• P2P Network (Peer-to-Peer Network): is a decentralized network architecture that allows individual computers or nodes to communicate and interact with each other directly without the need for a central server or authority.

These components together create a blockchain and are needed to verify the transaction and add a block to the Blockchain making it immutable (unable to be changed) and super secure. If you want to see what else you can study about Blockchain development, you can check out this roadmap.

Web2 has a Frontend, Backend and also a Database. All of these components are stored in the WebServer and only the WebServer has ownership and control of them.

Web3 has a Frontend still, which is the only component in the WebServer and the only component it has ownership and control of. The backend is deployed to the Blockchain and controlled by the community in the Blockchain. So, the database and the contracts are all owned by the users, not one single entity.

System diagrams of Web2 and Web3. The Web2 diagram starts with a browser that connects to a front-end, which connects to a back-end which connects to a database. The Web3 diagram has a browser connecting to a front-end but the front-end then connects to a etherium blockchain. Inside the blockchain contains a ethereum virtual machine which contains smart contracts that feed into the virtual machine. Inside the virtual machine there are a collection of blocks.

Testing Web3 Applications

Because the structure is different, web3 applications are more singular to test. You need to focus on testing smart contracts and security. Some specific tests for security are required like Monkey Testing and Static Analysis, Common Threat Vectors and Source of Randomness Attacks (This includes the double spend problem). It is also important as it is in web2 to do some penetration tests on your web3 App, and this is really critical as web3 Apps are all about security.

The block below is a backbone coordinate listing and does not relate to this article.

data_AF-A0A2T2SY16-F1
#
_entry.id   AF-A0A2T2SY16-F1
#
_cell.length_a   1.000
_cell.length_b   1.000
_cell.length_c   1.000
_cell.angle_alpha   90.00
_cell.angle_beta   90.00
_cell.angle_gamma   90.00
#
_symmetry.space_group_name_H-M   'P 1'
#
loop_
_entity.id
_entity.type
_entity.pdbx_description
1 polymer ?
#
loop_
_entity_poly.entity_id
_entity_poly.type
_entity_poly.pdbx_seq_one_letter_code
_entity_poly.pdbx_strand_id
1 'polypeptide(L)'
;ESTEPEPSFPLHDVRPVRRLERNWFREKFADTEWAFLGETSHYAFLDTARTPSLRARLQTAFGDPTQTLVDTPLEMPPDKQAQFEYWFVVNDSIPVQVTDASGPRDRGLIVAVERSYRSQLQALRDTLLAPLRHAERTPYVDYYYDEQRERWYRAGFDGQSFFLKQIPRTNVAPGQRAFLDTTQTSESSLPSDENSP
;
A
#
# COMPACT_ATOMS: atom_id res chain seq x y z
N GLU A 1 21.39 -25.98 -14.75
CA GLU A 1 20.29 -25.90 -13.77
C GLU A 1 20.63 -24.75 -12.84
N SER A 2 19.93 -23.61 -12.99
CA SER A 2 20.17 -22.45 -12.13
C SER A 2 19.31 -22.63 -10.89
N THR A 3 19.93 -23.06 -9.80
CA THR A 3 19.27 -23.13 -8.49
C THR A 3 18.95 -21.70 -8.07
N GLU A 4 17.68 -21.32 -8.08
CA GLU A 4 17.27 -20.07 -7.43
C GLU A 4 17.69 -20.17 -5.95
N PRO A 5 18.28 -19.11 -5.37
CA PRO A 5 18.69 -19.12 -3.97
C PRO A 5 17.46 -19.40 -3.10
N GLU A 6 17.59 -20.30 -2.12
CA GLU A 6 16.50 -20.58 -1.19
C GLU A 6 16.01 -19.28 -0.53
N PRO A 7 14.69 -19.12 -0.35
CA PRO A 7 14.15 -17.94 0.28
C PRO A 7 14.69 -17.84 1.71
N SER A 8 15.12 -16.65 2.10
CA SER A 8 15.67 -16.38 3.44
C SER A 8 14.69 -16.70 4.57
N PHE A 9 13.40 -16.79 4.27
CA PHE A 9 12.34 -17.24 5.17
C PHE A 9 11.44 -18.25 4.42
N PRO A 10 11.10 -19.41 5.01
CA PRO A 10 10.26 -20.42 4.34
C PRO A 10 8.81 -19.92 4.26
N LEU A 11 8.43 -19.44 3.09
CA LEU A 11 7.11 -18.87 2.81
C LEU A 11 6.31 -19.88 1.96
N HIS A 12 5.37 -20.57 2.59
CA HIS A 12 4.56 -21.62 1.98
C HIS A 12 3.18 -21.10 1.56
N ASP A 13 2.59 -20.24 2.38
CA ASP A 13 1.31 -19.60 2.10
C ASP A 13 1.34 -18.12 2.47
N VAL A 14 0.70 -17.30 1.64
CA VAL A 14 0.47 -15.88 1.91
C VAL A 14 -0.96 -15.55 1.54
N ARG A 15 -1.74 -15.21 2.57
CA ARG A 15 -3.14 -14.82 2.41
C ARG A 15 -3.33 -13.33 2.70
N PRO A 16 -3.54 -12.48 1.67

Another thing to keep in mind is the transaction speed, decentralized infrastructure and the complex business logic that you might come across when testing the dApp. To get familiar with the basic transactions you can use a wallet plugin like Metamask to perform the transactions in a local Blockchain using a tool like Ganache,

Remember you will still need to perform Unit, Integration, Usability, Performance and Functional Tests on web3 as you would on any other Web2 app.

There are many testing tools and frameworks that are available for testing web3 applications. These tools can help testers create test cases, generate test data, and automate test execution. 

Some popular testing frameworks for web3 include:

  • Remix - A native IDE for Web3 Development.